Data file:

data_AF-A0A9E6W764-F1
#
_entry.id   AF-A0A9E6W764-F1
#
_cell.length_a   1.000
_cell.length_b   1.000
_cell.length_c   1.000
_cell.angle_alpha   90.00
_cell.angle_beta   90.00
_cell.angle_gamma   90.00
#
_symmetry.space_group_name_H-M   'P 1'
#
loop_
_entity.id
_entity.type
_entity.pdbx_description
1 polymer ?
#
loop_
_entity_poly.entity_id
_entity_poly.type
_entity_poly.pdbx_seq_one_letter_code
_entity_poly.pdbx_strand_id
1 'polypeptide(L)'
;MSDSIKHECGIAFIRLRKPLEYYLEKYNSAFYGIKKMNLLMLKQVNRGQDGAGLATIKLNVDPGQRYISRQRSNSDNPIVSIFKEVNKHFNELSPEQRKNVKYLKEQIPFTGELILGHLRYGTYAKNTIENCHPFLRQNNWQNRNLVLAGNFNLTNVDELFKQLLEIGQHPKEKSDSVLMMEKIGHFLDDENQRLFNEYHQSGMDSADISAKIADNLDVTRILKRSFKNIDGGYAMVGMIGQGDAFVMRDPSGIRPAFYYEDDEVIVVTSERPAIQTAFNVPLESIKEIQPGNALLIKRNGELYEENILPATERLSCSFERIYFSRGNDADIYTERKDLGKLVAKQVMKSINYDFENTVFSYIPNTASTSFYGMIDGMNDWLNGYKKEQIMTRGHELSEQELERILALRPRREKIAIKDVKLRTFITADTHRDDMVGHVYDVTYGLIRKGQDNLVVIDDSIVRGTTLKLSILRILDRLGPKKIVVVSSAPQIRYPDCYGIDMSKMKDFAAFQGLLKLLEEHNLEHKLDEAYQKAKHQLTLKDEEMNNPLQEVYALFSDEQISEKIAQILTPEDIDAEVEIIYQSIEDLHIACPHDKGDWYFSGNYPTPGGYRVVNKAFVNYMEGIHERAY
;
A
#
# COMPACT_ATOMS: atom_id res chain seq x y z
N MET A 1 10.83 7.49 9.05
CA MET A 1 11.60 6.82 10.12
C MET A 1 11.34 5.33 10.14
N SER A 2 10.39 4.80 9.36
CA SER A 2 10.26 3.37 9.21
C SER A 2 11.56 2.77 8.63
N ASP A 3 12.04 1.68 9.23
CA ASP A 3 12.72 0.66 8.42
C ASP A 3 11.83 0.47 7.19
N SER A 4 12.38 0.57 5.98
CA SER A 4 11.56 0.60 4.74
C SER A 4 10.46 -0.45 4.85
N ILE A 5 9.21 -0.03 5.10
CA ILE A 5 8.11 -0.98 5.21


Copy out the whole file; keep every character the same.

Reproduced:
data_AF-A0A9E6W764-F1
#
_entry.id   AF-A0A9E6W764-F1
#
_cell.length_a   1.000
_cell.length_b   1.000
_cell.length_c   1.000
_cell.angle_alpha   90.00
_cell.angle_beta   90.00
_cell.angle_gamma   90.00
#
_symmetry.space_group_name_H-M   'P 1'
#
loop_
_entity.id
_entity.type
_entity.pdbx_description
1 polymer ?
#
loop_
_entity_poly.entity_id
_entity_poly.type
_entity_poly.pdbx_seq_one_letter_code
_entity_poly.pdbx_strand_id
1 'polypeptide(L)'
;MSDSIKHECGIAFIRLRKPLEYYLEKYNSAFYGIKKMNLLMLKQVNRGQDGAGLATIKLNVDPGQRYISRQRSNSDNPIVSIFKEVNKHFNELSPEQRKNVKYLKEQIPFTGELILGHLRYGTYAKNTIENCHPFLRQNNWQNRNLVLAGNFNLTNVDELFKQLLEIGQHPKEKSDSVLMMEKIGHFLDDENQRLFNEYHQSGMDSADISAKIADNLDVTRILKRSFKNIDGGYAMVGMIGQGDAFVMRDPSGIRPAFYYEDDEVIVVTSERPAIQTAFNVPLESIKEIQPGNALLIKRNGELYEENILPATERLSCSFERIYFSRGNDADIYTERKDLGKLVAKQVMKSINYDFENTVFSYIPNTASTSFYGMIDGMNDWLNGYKKEQIMTRGHELSEQELERILALRPRREKIAIKDVKLRTFITADTHRDDMVGHVYDVTYGLIRKGQDNLVVIDDSIVRGTTLKLSILRILDRLGPKKIVVVSSAPQIRYPDCYGIDMSKMKDFAAFQGLLKLLEEHNLEHKLDEAYQKAKHQLTLKDEEMNNPLQEVYALFSDEQISEKIAQILTPEDIDAEVEIIYQSIEDLHIACPHDKGDWYFSGNYPTPGGYRVVNKAFVNYMEGIHERAY
;
A
#
# COMPACT_ATOMS: atom_id res chain seq x y z
N MET A 1 10.83 7.49 9.05
CA MET A 1 11.60 6.82 10.12
C MET A 1 11.34 5.33 10.14
N SER A 2 10.39 4.80 9.36
CA SER A 2 10.26 3.37 9.21
C SER A 2 11.56 2.77 8.63
N ASP A 3 12.04 1.68 9.23
CA ASP A 3 12.72 0.66 8.42
C ASP A 3 11.83 0.47 7.19
N SER A 4 12.38 0.57 5.98
CA SER A 4 11.56 0.60 4.74
C SER A 4 10.46 -0.45 4.85
N ILE A 5 9.21 -0.03 5.10
CA ILE A 5 8.11 -0.98 5.21